Cert (or public key) pinning is most common when the software and the server are provided by the same developer. Google pins all of their properties in Chrome. Microsoft might do the same in Edge - not sure - but they definitely do it for some other software (registration servers, I think also the default update servers). I think Firefox might do so for Mozilla properties. You'll also see it with things like apps (Twitter, for example, might use pinning in their mobile apps, though I don't know if they do). At least one fraudulent Google certificate has been detected via this mechanism.

There was an attempt to standardize a way for sites to provide their own pins to browsers, too. It was called HTTP Public Key Pinning, or HPKP, and allowed sites to specify properties of their certificates (and a mandatory backup), with an expiration, much the same way HTTP Strict Transport Security (HSTS) works. Like HSTS (and also similar to SSH), it was trust-on-first-use; any valid HTTPS response could include the header, and as long as it matched the current cert, it would be trusted. Unlike HSTS, HPKP was never widely adopted, and is now deprecated. Some browsers might be configurable to enable it - my copy of Firefox still has "security.cert_pinning.hpkp.enabled" in about:config - but it's disabled by default.

One of the features of HPKP was the ability to set a report URL. Similar to Content Security Policy (CSP) - although it seems CSP has also deprecated this - HPKP allowed specifying that the client should send reports of invalid certificates it encountered for the site. The idea was, collect information as widely as possible about potential attacks going on. If the client had a clear connection to a third-party site, they could report the fraudulent certificate there (connections to the site with the fraudulent cert being intercepted already, the attacker presumably wouldn't allow the report to pass).

There's also the EFF SSL Observatory, which monitors the certs used online. In theory this could detect unexpected certificate changes, or situations where different people see different certs.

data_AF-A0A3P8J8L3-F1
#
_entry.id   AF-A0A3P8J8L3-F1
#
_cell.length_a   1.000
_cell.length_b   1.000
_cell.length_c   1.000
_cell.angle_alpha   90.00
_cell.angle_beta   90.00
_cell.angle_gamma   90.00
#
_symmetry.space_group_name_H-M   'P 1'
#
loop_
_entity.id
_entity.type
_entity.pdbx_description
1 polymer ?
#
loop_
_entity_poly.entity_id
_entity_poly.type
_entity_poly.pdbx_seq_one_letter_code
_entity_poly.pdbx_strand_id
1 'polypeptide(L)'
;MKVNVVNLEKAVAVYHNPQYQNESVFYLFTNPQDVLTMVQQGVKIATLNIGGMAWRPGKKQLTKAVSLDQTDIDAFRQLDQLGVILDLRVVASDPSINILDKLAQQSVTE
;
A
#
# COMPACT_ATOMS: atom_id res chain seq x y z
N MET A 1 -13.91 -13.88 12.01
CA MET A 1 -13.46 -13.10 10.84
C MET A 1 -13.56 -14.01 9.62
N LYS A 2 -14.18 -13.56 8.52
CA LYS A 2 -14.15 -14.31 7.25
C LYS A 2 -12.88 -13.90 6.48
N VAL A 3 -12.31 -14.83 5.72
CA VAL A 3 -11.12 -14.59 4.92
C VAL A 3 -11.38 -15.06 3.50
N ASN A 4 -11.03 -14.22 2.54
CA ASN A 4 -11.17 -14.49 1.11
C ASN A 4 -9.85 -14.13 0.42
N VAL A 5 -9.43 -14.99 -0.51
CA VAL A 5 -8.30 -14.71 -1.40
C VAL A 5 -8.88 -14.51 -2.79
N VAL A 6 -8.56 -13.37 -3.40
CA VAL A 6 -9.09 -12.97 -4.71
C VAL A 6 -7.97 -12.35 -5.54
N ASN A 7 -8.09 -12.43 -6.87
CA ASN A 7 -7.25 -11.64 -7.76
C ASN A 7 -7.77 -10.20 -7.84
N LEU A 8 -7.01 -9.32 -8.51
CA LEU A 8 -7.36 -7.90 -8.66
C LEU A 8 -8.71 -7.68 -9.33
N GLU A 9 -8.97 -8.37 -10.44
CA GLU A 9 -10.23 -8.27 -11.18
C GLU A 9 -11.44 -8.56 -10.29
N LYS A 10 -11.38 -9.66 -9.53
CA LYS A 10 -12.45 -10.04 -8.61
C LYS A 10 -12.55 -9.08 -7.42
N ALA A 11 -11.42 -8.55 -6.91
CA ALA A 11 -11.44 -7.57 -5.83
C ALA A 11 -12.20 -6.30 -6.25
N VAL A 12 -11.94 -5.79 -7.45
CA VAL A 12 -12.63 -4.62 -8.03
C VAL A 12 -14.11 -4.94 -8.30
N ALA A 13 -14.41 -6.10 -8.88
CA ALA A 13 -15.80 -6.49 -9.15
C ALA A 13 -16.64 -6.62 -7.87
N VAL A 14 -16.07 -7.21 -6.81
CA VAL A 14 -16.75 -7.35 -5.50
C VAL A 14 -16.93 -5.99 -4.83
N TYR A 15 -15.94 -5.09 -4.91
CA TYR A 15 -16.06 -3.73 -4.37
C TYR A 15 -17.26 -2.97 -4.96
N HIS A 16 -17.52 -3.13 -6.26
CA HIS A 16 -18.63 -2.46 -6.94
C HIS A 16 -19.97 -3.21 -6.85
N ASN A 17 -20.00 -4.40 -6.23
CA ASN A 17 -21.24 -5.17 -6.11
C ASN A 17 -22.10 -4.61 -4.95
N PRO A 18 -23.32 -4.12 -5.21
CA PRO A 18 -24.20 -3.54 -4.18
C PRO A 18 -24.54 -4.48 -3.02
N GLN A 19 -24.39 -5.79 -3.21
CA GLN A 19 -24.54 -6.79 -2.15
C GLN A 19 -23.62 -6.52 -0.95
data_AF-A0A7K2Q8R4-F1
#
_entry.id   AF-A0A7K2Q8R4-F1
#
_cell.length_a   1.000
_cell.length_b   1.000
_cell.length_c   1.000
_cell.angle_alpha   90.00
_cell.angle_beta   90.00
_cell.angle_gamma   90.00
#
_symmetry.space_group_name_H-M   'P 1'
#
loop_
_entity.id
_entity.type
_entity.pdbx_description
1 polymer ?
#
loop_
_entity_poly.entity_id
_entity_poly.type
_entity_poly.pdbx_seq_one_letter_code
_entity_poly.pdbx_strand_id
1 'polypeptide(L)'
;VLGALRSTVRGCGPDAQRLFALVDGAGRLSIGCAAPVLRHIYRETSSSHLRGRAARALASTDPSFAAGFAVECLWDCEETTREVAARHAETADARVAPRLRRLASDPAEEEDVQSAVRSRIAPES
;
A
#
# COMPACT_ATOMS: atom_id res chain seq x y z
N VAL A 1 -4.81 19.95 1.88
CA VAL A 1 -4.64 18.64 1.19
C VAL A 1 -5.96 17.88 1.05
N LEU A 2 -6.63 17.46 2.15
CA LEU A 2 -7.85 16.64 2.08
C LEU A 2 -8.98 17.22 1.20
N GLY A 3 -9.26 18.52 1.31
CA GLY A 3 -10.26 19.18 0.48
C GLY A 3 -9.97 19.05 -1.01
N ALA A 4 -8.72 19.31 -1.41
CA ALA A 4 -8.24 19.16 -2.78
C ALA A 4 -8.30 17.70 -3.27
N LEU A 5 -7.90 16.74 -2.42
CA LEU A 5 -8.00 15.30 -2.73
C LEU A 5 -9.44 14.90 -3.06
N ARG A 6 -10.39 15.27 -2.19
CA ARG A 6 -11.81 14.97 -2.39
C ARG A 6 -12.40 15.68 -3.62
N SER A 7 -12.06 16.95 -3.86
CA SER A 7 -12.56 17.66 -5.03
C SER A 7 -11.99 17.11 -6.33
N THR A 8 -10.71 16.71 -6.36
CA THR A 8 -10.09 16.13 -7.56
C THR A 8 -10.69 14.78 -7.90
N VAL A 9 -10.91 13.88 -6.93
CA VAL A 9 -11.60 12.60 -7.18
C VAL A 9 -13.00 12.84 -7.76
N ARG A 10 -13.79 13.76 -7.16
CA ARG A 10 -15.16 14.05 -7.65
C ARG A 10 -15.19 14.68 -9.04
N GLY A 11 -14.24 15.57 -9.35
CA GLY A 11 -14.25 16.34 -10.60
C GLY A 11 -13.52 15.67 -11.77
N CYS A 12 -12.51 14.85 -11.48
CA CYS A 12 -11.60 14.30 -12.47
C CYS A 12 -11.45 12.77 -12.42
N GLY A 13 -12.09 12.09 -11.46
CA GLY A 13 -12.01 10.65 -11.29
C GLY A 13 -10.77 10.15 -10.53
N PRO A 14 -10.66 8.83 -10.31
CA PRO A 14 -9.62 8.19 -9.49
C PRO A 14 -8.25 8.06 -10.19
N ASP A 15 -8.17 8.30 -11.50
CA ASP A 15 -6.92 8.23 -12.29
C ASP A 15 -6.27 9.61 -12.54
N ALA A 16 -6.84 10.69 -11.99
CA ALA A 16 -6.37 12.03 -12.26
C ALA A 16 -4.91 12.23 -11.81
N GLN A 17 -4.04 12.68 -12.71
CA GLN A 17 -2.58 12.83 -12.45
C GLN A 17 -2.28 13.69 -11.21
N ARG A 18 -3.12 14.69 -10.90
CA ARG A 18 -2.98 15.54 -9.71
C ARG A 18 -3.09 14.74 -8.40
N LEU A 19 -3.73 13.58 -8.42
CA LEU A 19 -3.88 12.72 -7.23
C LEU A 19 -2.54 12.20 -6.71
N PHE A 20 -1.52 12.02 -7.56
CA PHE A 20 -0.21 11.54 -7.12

To address your ideas #1 and #3, the problem there is that, if the connection to the server is compromised, the attacker can just modify the content that the client receives. You read a list of hashes, or check a header, and see that it matches the cert you just received... because a simple string substitution swapped out the legit cert's hash for the fraudulent one. This kind of transformation is not new; things like SSLStrip use it to re-write URLs. It would be pretty simple to make this work for the common hash algorithms and encoding formats.

To prevent that kind of attack, you need either a system that remembers the old value (this is what HPKP was aiming to do, with its duration settings), or a third party (which is hopefully reachable over a secure connection!) such as you see with Certificate Transparency (as covered in another answer).

  • 3
    Is certificate pinning really "used by many browsers"? HPKP has been removed from most browsers. Is there another mechanism to pin certificates in the browser?
    – Sjoerd
    Apr 26, 2021 at 11:17
  • 4
    @Sjoerd Dynamic HPKP has been removed, but static HPKP remains for many major sites (like Google) whose public key fingerprints are hardcoded in the browser.
    – forest
    Apr 27, 2021 at 3:51
  • 3
    @Sjoerd As Forest says, static ("preloaded") pinning is used quite a lot, see for example the current set of preloads in Firefox. It's just that with the demise of TOFU dynamic pinning through HTTP headers, this mechanism is pretty much only for the big players, with no way to leverage it for all the small sites out there. (That was actually the reason it was dropped, because many sites tended to shoot themselves in their feet trying to deploy HPKP and not getting it right.)
    – TooTea
    Apr 27, 2021 at 8:26
  • 1
    @TooTea It's really a shame that it was removed, since I always used it (and used it correctly). Browsers merely supporting it hurts no one.
    – forest
    Apr 27, 2021 at 9:12
  • 1
    Yeah, one of the main reasons given for deprecating HPKP was that anybody who managed to take over a website temporarily could use HPKP with a long duration on anybody who visited. If they installed their own cert (obtained from any CA that uses proof of server control, such as checking for a key in a specific location), they can then remove that cert and any affected user's browser will refuse to connect. If the malicious cert isn't removed, or even isn't installed, the admin still can't rotate the cert which means the attacker perpetually has the private key. There was concern about ransoms.
    – CBHacking
    Apr 29, 2021 at 8:45

You must log in to answer this question.

Not the answer you're looking for? Browse other questions tagged .